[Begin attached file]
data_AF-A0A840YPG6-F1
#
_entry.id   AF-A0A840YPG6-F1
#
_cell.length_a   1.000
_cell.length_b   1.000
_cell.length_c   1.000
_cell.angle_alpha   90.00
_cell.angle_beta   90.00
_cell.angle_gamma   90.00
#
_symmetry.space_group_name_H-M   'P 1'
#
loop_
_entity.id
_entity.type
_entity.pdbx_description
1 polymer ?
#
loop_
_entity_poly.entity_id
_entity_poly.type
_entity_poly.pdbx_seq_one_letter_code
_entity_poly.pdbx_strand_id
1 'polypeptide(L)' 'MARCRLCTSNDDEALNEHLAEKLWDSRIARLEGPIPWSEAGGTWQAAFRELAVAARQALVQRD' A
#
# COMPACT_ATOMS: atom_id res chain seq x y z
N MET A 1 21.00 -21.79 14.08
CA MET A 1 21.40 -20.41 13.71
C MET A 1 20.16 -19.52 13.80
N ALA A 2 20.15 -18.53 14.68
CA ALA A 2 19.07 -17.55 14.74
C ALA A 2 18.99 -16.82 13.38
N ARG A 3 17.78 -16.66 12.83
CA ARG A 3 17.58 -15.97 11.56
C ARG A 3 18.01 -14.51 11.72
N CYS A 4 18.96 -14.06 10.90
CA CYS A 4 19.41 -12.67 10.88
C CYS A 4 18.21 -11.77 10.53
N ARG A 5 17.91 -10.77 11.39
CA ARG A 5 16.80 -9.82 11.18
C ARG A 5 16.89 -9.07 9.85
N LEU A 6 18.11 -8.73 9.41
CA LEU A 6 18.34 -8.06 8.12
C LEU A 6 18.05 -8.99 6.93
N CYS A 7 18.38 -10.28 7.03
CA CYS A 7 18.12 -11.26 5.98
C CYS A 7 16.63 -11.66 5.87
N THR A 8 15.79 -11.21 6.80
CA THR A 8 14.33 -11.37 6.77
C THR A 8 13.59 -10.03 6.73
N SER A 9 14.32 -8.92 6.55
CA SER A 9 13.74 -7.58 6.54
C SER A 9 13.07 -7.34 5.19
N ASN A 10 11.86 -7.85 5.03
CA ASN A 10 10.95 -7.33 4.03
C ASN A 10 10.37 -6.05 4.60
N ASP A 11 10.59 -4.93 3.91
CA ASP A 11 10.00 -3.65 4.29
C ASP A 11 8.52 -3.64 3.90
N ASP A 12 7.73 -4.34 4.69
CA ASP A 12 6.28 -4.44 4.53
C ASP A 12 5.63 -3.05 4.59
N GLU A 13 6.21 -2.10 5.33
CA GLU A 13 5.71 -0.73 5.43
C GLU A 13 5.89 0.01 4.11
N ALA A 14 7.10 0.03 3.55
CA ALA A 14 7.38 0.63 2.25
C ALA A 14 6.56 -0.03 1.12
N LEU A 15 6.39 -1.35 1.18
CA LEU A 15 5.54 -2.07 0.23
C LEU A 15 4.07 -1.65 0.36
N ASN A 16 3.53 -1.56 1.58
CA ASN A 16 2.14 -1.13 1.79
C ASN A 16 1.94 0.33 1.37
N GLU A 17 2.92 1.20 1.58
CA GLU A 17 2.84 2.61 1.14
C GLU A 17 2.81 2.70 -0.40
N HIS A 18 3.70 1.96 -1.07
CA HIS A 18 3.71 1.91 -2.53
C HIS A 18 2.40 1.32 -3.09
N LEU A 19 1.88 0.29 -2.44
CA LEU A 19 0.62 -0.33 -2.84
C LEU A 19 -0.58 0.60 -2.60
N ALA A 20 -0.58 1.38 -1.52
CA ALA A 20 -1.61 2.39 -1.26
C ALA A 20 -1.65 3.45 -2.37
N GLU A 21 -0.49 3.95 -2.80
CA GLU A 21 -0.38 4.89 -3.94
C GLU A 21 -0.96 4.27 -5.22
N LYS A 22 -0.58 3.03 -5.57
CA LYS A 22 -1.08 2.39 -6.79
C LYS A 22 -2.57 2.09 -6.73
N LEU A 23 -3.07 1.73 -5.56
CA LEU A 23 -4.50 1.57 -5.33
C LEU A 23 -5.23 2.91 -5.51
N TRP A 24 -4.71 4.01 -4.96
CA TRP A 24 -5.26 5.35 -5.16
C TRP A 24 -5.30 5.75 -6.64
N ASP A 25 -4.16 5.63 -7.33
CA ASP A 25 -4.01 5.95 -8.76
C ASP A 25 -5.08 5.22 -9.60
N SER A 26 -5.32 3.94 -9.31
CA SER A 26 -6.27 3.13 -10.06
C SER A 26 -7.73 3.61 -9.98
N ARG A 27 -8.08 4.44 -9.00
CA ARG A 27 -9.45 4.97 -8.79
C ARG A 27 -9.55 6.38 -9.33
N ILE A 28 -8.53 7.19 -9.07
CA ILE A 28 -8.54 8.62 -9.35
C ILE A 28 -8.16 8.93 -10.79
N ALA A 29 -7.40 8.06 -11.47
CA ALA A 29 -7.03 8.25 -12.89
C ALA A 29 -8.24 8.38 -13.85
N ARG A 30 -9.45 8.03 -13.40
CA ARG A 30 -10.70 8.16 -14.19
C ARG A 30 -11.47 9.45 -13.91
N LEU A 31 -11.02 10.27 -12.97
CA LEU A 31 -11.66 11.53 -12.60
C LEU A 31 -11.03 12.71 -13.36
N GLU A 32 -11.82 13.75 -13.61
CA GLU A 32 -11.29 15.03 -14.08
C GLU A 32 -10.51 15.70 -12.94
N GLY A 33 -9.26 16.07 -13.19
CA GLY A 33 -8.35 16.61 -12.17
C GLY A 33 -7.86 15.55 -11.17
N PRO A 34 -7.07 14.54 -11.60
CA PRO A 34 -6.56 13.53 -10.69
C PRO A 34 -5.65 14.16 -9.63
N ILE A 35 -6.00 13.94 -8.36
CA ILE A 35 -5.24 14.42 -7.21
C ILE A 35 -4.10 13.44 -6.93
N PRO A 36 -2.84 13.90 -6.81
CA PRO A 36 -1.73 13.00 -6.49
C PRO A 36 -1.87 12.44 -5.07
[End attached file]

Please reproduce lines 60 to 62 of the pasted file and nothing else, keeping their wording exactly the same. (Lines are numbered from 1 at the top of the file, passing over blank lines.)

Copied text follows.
C ASP A 11 8.52 -3.64 3.90
N ASP A 12 7.73 -4.34 4.69
CA ASP A 12 6.28 -4.44 4.53